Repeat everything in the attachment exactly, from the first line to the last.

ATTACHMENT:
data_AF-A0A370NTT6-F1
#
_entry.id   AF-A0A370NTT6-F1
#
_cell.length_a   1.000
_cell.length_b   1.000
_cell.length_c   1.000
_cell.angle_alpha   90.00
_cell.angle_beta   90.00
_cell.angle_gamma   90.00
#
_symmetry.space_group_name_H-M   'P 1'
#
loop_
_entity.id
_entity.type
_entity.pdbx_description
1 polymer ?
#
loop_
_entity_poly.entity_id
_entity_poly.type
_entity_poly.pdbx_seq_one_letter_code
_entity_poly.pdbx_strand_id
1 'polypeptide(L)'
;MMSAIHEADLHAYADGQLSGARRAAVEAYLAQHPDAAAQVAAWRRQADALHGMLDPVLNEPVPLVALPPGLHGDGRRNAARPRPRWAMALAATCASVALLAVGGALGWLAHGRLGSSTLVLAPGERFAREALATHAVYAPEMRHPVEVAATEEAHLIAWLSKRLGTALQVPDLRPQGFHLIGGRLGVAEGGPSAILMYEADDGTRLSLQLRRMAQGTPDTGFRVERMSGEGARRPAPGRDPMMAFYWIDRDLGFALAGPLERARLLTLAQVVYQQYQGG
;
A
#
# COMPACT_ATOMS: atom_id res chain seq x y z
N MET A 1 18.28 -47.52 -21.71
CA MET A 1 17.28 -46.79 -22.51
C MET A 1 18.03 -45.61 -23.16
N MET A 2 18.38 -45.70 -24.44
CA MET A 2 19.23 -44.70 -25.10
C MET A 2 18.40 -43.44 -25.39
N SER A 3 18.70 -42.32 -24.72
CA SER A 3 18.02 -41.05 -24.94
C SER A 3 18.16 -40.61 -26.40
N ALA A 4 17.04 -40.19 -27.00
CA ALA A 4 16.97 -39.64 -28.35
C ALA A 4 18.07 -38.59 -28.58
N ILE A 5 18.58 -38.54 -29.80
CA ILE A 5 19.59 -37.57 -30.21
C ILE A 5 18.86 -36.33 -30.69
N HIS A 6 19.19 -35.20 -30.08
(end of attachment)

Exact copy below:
data_AF-A0A370NTT6-F1
#
_entry.id   AF-A0A370NTT6-F1
#
_cell.length_a   1.000
_cell.length_b   1.000
_cell.length_c   1.000
_cell.angle_alpha   90.00
_cell.angle_beta   90.00
_cell.angle_gamma   90.00
#
_symmetry.space_group_name_H-M   'P 1'
#
loop_
_entity.id
_entity.type
_entity.pdbx_description
1 polymer ?
#
loop_
_entity_poly.entity_id
_entity_poly.type
_entity_poly.pdbx_seq_one_letter_code
_entity_poly.pdbx_strand_id
1 'polypeptide(L)'
;MMSAIHEADLHAYADGQLSGARRAAVEAYLAQHPDAAAQVAAWRRQADALHGMLDPVLNEPVPLVALPPGLHGDGRRNAARPRPRWAMALAATCASVALLAVGGALGWLAHGRLGSSTLVLAPGERFAREALATHAVYAPEMRHPVEVAATEEAHLIAWLSKRLGTALQVPDLRPQGFHLIGGRLGVAEGGPSAILMYEADDGTRLSLQLRRMAQGTPDTGFRVERMSGEGARRPAPGRDPMMAFYWIDRDLGFALAGPLERARLLTLAQVVYQQYQGG
;
A
#
# COMPACT_ATOMS: atom_id res chain seq x y z
N MET A 1 18.28 -47.52 -21.71
CA MET A 1 17.28 -46.79 -22.51
C MET A 1 18.03 -45.61 -23.16
N MET A 2 18.38 -45.70 -24.44
CA MET A 2 19.23 -44.70 -25.10
C MET A 2 18.40 -43.44 -25.39
N SER A 3 18.70 -42.32 -24.72
CA SER A 3 18.02 -41.05 -24.94
C SER A 3 18.16 -40.61 -26.40
N ALA A 4 17.04 -40.19 -27.00
CA ALA A 4 16.97 -39.64 -28.35
C ALA A 4 18.07 -38.59 -28.58
N ILE A 5 18.58 -38.54 -29.80
CA ILE A 5 19.59 -37.57 -30.21
C ILE A 5 18.86 -36.33 -30.69
N HIS A 6 19.19 -35.20 -30.08